If you had President Donald Trump's ear, what would you say? Love him or hate him, it's likely a question some Americans have pondered. For Oprah Winfrey, however, the answer's a simple one: She wouldn't say a thing.
On CNN's "The Van Jones Show," Jones asked Winfrey what she'd say to Trump — "billionaire to billionaire, megastar to megastar, human being to human being" — if she had 10 minutes with him.
"I wouldn't," she answered quickly and calmly. "I would only speak if I felt that I could be heard."
Watch Winfrey and Jones' interaction (story continues below):
"I would only speak if I felt that I could be heard," @Oprah tells @VanJones68 after he asks her what she would say… https://t.co/33FeeUtRGU— CNN (@CNN) 1520815800
Her interview with Jones came amid yet another attack from Trump. At a rally in Pennsylvania on Saturday, March 10, Trump said he'd "love to beat Oprah" in a hypothetical 2020 presidential match-up, claiming he knows how to capitalize on her political "weakness."
She's not taking the bait though.
Winfrey is sticking to an admirable strategy: Trump attacks her, and she brushes him off, unfazed.
In February — after Winfrey gave a rousing speech about the #MeToo movement at the 2018 Golden Globes, raising speculation she may be eyeing a 2020 presidential run — Trump went on the offensive using his favorite social media platform. He slammed a "60 Minutes" panel she oversaw with voters in Michigan on Twitter, calling Winfrey "very insecure."
When Winfrey went on "The Ellen DeGeneres Show" a few days later, she shrugged off the divisive tweet. "I don’t like giving negativity power," she noted to DeGeneres. "So I just thought ... what?"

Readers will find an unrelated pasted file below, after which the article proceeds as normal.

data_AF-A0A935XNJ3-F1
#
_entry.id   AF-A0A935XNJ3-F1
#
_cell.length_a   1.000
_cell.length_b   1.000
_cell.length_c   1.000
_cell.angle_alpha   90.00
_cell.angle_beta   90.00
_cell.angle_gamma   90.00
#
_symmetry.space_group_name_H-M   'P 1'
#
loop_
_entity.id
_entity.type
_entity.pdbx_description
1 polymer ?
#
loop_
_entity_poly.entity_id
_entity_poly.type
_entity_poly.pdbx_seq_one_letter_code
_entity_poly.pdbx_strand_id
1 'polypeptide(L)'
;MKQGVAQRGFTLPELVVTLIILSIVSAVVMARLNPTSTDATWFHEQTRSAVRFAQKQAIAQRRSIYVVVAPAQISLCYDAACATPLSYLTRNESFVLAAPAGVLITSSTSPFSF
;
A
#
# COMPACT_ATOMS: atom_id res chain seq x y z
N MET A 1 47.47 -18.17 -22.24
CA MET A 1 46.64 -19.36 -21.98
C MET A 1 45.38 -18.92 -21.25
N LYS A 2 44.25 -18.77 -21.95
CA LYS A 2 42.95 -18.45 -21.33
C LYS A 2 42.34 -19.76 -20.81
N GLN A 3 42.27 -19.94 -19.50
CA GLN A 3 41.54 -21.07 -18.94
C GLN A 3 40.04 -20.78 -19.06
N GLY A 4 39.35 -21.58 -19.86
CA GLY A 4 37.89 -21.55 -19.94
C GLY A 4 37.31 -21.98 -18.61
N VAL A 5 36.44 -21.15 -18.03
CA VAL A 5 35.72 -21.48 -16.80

Winfrey's latest comment to Jones, however, points to a larger criticism of Trump: He doesn't seem to listen.
Whether it be out of apathy or inability, Trump has lacked the eagerness to listen to (and learn from) others in helping his administration run smoothly and successfully.
"My primary consultant is myself and I have a good instinct for this stuff," Trump said in 2016 when asked who he turns to for foreign policy advice, raising eyebrows.
Trump's jarringly short attention span means officials need to shrink the amount of reading he sifts through and keep his meetings — even the most critical — as brief as possible. And daily intelligence briefings? He doesn't need them, he once claimed.
Winfrey's comments, however, hint at a more alarming truth: Trump's dated attitudes — steeped in white resentment and old-school bigotry — appear to be stuck in the Dark Ages, where he's unwilling to budge. And no one, especially a woman of color, should feel obligated to spend the time or energy hopelessly trying to show him the light.